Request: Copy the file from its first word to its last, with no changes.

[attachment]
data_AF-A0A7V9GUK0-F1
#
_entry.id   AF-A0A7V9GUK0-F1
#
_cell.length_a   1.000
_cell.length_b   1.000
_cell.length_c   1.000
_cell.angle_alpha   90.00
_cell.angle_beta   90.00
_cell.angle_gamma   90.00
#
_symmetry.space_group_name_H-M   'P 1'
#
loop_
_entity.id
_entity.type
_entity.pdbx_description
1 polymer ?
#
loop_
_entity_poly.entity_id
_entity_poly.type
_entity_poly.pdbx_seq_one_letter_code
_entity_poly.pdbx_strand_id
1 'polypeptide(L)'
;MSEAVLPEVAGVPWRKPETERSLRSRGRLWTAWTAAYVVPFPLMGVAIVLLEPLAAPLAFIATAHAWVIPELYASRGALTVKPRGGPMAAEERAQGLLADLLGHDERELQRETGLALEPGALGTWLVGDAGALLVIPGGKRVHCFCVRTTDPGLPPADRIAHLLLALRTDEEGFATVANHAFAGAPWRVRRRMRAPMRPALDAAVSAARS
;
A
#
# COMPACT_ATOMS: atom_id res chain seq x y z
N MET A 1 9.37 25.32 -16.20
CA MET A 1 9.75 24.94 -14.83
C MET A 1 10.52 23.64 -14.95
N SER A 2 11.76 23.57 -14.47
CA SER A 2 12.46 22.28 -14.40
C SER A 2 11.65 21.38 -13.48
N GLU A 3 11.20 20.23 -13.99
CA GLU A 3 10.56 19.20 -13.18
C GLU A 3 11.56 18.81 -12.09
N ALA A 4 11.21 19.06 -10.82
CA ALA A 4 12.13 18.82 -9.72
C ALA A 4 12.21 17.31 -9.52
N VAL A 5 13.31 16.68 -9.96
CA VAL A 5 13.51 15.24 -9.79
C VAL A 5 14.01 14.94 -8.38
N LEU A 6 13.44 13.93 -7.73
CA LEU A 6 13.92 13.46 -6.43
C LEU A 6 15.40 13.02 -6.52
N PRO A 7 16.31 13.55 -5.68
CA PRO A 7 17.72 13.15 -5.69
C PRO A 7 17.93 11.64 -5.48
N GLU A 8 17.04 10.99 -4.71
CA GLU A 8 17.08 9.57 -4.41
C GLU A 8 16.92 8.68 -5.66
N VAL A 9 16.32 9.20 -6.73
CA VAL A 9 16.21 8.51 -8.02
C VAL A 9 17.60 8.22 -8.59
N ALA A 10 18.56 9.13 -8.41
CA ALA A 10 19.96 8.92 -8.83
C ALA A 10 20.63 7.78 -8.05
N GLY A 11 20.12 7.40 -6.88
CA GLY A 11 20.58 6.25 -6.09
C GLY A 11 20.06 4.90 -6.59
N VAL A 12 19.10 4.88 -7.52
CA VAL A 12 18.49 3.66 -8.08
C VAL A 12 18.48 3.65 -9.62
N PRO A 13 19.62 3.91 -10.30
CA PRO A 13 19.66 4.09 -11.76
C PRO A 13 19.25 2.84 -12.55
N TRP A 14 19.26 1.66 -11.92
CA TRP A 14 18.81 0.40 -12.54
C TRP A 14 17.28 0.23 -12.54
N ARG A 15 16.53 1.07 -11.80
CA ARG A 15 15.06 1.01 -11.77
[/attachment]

data_AF-A0A7V9GUK0-F1
#
_entry.id   AF-A0A7V9GUK0-F1
#
_cell.length_a   1.000
_cell.length_b   1.000
_cell.length_c   1.000
_cell.angle_alpha   90.00
_cell.angle_beta   90.00
_cell.angle_gamma   90.00
#
_symmetry.space_group_name_H-M   'P 1'
#
loop_
_entity.id
_entity.type
_entity.pdbx_description
1 polymer ?
#
loop_
_entity_poly.entity_id
_entity_poly.type
_entity_poly.pdbx_seq_one_letter_code
_entity_poly.pdbx_strand_id
1 'polypeptide(L)'
;MSEAVLPEVAGVPWRKPETERSLRSRGRLWTAWTAAYVVPFPLMGVAIVLLEPLAAPLAFIATAHAWVIPELYASRGALTVKPRGGPMAAEERAQGLLADLLGHDERELQRETGLALEPGALGTWLVGDAGALLVIPGGKRVHCFCVRTTDPGLPPADRIAHLLLALRTDEEGFATVANHAFAGAPWRVRRRMRAPMRPALDAAVSAARS
;
A
#
# COMPACT_ATOMS: atom_id res chain seq x y z
N MET A 1 9.37 25.32 -16.20
CA MET A 1 9.75 24.94 -14.83
C MET A 1 10.52 23.64 -14.95
N SER A 2 11.76 23.57 -14.47
CA SER A 2 12.46 22.28 -14.40
C SER A 2 11.65 21.38 -13.48
N GLU A 3 11.20 20.23 -13.99
CA GLU A 3 10.56 19.20 -13.18
C GLU A 3 11.56 18.81 -12.09
N ALA A 4 11.21 19.06 -10.82
CA ALA A 4 12.13 18.82 -9.72
C ALA A 4 12.21 17.31 -9.52
N VAL A 5 13.31 16.68 -9.96
CA VAL A 5 13.51 15.24 -9.79
C VAL A 5 14.01 14.94 -8.38
N LEU A 6 13.44 13.93 -7.73
CA LEU A 6 13.92 13.46 -6.43
C LEU A 6 15.40 13.02 -6.52
N PRO A 7 16.31 13.55 -5.68
CA PRO A 7 17.72 13.15 -5.69
C PRO A 7 17.93 11.64 -5.48
N GLU A 8 17.04 10.99 -4.71
CA GLU A 8 17.08 9.57 -4.41
C GLU A 8 16.92 8.68 -5.66
N VAL A 9 16.32 9.20 -6.73
CA VAL A 9 16.21 8.51 -8.02
C VAL A 9 17.60 8.22 -8.59
N ALA A 10 18.56 9.13 -8.41
CA ALA A 10 19.96 8.92 -8.83
C ALA A 10 20.63 7.78 -8.05
N GLY A 11 20.12 7.40 -6.88
CA GLY A 11 20.58 6.25 -6.09
C GLY A 11 20.06 4.90 -6.59
N VAL A 12 19.10 4.88 -7.52
CA VAL A 12 18.49 3.66 -8.08
C VAL A 12 18.48 3.65 -9.62
N PRO A 13 19.62 3.91 -10.30
CA PRO A 13 19.66 4.09 -11.76
C PRO A 13 19.25 2.84 -12.55
N TRP A 14 19.26 1.66 -11.92
CA TRP A 14 18.81 0.40 -12.54
C TRP A 14 17.28 0.23 -12.54
N ARG A 15 16.53 1.07 -11.80
CA ARG A 15 15.06 1.01 -11.77